It is the principal object of the invention to provide a battery retainer for holding down a battery which has a wider range of usefulness than the devices presently available for this purpose.

It is a further object of the invention to provide a battery retainer which can be packaged in kit form with the kit containing components adapted for a wider range of retention requirements than has heretofore been available.

It is a further object of the invention to provide a battery retainer of the character aforesaid which is simple in construction yet sturdy and reliable in operation.

Other objects and advantageous features of the invention will be apparent from the description and claims.

BRIEF DESCRIPTION OF THE DRAWINGS The nature and characteristic features of the invention will be more readily understood from the following description taken in connection with the accompanying drawings forming part hereof, in which:

FIG. 1 is a view in perspective of an embodiment of the invention for retaining a battery to two conventional vertical clamping bolts;

FIG. 2 is an exploded perspective view of the clamping structure of FIG. 1 on one side of the battery;

FIG. 3 is a vertical sectional view taken on the line 3-3 of FIG. 1;

FIG. 4 is a fragmentary sectional view, greatly enlarged, illustrating the protective coating applied to the various components;

FIG. 5 is a view in perspective of an embodiment of the invention for retaining a battery on one side as in FIG. 1 and on the other side to a portion of the frame of a vehicle;

FIG. 6 is an exploded perspective view of the clamping structure at the left of FIG. 5;

FIG. 7 is a vertical sectional view taken approximately on the line 77 of FIG. 5;

FIG. 8 is a view in perspective of another embodiment of the invention for retaining a battery on one side as in FIG. 1 and on the other side to a portion of the frame of a different vehicle;

FIG. 9 is an exploded perspective view of the clamping structure on the left of FIG. 8; and

FIG. 10 is a vertical sectional view taken approximately on the line l0-10 of FIG. 8.

It should, of course, be understood that'the description and drawings herein are illustrative merely'and that various modifications and changes can be made in the structure disclosed without departing from the spirit of the invention.

Like numerals refer to like parts throughout the several views.

DESCRIPTION OF THE PREFERRED EMBODIMENT Referring now more particularly to the drawings, and specifically to FIGS. 1 to 4 inclusive, a storage battery SB is shown, supported in a tray or frame T from which upright bolts B extend in a well known manner.

The holddown structure shown, for use with a pair of upright bolts B, includes a cross rod or bar 15 having its ends 16 disposed in the same plane as the main portion of the bar 15. End holder brackets 18 are provided of angle or L-shape in cross section having inwardly extending horizontal flange portions 19 and vertical downwardly extending flange portions 20 with the ends 16 of the rod welded or otherwise secured to the top and outer faces of the horizontal portions 19. The inner faces of the horizontal portions 19 of the end holder brackets 18 are adapted to engage the cover or top of the case of the battery SB with the inner faces of the vertical portions 20 engaged with or close to the opposite side walls of the case of the battery SB to prevent sidewise movement.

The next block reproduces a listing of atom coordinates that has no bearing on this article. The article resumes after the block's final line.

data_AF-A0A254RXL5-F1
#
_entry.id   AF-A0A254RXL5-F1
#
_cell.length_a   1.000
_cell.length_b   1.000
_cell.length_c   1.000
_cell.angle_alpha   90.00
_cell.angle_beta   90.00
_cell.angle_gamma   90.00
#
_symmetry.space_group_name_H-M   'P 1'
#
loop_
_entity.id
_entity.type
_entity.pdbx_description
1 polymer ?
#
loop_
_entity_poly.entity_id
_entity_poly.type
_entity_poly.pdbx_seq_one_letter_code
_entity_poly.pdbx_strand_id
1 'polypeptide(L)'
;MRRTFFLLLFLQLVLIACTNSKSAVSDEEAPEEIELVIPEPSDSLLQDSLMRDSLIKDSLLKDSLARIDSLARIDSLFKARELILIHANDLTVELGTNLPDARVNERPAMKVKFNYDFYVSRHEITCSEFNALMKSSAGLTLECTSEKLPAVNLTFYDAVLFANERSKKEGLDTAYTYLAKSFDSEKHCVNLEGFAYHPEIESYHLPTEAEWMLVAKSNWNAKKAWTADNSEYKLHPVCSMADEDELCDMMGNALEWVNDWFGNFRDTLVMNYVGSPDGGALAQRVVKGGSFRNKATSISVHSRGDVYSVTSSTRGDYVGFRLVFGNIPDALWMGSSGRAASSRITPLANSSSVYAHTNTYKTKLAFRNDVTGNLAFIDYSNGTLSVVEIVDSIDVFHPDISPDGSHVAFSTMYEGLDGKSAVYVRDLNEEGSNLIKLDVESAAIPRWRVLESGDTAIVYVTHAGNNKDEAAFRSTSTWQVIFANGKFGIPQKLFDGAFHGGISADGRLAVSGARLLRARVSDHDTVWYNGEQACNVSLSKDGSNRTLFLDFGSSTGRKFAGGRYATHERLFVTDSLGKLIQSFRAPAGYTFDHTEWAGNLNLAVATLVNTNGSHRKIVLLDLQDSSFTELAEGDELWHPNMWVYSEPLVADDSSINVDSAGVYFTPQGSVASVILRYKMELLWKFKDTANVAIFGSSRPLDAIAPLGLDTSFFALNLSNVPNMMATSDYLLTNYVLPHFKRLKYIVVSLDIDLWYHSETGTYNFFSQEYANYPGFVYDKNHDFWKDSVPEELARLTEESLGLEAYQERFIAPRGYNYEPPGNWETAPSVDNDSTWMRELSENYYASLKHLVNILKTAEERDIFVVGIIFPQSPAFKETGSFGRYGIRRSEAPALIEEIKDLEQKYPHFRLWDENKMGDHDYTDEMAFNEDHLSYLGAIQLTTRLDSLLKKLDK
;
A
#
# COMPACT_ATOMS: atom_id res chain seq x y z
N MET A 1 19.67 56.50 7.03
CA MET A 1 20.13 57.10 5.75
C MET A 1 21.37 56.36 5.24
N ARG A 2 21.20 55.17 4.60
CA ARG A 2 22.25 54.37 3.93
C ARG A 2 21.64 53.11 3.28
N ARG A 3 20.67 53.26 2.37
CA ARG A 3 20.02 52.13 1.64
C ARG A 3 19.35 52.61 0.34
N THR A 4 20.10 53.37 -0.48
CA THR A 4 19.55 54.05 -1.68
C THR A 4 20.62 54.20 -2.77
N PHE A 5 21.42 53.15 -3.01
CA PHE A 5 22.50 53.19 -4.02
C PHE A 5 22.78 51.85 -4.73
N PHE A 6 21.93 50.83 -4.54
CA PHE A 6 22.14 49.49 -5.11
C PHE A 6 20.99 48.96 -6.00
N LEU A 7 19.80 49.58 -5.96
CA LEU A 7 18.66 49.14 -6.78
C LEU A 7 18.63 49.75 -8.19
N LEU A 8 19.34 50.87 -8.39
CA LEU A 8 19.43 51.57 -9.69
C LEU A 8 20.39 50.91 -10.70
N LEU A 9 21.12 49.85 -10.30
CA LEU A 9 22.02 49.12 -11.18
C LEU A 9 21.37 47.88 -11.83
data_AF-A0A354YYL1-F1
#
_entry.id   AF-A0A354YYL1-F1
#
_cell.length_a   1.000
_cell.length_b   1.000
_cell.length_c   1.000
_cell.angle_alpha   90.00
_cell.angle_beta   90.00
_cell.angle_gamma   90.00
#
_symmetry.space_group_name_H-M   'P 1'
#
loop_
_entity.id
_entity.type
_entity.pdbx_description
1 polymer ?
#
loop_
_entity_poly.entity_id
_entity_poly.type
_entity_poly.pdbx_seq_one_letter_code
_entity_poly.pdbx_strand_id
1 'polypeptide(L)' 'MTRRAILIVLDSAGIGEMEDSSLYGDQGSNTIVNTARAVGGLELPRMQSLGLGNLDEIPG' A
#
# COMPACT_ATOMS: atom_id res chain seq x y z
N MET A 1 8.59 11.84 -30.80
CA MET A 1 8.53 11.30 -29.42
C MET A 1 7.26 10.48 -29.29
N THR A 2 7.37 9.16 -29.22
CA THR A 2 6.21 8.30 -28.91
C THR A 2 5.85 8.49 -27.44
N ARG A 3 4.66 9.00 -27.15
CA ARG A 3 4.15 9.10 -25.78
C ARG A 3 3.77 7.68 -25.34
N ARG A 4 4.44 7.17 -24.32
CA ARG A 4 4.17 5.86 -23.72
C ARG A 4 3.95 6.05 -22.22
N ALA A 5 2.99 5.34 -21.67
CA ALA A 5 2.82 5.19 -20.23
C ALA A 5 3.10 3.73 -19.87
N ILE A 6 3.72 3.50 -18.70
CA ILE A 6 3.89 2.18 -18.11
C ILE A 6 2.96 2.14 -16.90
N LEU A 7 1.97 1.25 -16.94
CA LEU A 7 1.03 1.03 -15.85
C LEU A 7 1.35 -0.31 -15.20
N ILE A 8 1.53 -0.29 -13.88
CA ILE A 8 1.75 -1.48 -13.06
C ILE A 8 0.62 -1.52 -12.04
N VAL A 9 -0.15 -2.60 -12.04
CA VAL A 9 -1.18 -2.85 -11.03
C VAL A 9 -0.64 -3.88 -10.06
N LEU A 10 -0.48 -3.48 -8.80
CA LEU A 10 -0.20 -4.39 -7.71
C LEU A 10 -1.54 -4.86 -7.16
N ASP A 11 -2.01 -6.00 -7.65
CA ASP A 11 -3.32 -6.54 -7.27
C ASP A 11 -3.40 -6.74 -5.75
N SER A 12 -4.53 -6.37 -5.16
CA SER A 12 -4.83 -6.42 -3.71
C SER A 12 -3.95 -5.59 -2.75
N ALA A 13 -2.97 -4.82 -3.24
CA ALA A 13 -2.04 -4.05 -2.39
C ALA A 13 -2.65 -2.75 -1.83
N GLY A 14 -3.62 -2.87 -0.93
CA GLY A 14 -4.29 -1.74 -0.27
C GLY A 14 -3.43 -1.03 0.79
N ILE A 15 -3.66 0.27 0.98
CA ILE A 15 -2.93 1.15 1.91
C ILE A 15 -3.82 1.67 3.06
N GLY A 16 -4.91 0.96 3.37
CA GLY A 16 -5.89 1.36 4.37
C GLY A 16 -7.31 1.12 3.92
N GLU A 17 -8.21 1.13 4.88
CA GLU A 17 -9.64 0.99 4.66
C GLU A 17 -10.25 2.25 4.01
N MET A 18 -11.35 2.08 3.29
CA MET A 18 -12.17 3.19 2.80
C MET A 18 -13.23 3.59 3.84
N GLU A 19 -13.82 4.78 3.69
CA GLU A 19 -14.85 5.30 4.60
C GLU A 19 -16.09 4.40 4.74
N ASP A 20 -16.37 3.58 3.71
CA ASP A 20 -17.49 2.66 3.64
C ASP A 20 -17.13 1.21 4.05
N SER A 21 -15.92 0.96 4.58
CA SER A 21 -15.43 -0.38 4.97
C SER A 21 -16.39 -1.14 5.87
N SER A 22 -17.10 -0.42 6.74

The side flange portions 20 are preferably provided. along substantially their entire lengths with struck-out strips 21 which provide between the strips 21 and the remainder of the side flange portions 20 horizontally elongated spaces 22 of predetermined transverse horizontal dimension for the reception of clamping elements to be described.

In the embodiment of the invention shown in FIGS.- l, 2, and 3,clips 25 are employed each having a flat top portion 26, with a rear vertically extending rib 27 of a thickness in finished condition for reception in one of the spaces 22 and a downwardly inclined wall portion 28 with an upwardly extending vertical terminal rib 29 for engagement with the outer face of the strip 21. The clip 25 has an opening 30 in the flat top portion 26 and an axially aligned and larger opening 31 in the inclined wall 28 through which the bolt B extends. A washer 32 and nut 33 can be mounted on the upper end ofthe bolt B. Upon tightening of the nut 33, with the rib 27 in the space 22 and engaging the inner face of the strip 21, and the rib 29 engaging the outer face of the strip 21, the force applied on the clip 25 urges it downwardly and transmits, from the clip 25, a downward holding force on the end holder bracket 18. The holddown action will be the same at each end holder bracket 18.

It will be noted that the clip 25 can be located as desired. along the end holder bracket 18 to accommodate different locations of the bolts B, with a wide range of adjustment available along the strip 21 and space 22 because of the length of the strip 21 and space 22.

The structure just described will accommodate a great number of the demands for different batteries and for different tray constructions.

Referring now to FlGS. 5, 6 and 7, it may be noted that in certain battery installations now in use a bolt B is found only at one side and at the other side the body F of the vehicle has a vertical bolt B1 offset from the battery B.

For battery installations of this type, an adapter clip 35 can be employed. The clip 35 is ofinverted V-shape in cross section at its ends with an inclined wall portion 36 having a central tongue 37 and spaced side wall portions 38.

It will be noted that the adapter clip 35 can be mounted on the strip 21 with the side wall portions 38 extending downwardly in the space 22 and with the tongue 37 facing toward the base of the battery SB.

An L-shaped securing bracket 40 is provided having one leg 41 with transverse slots 42 for selective engagement on the tongue 37 and disposition downwardly along the outside of the strip 21 and another leg 43 in a plane normal to the leg 41. The leg 43 is provided with an elongated slot 44 extending away from the leg 41.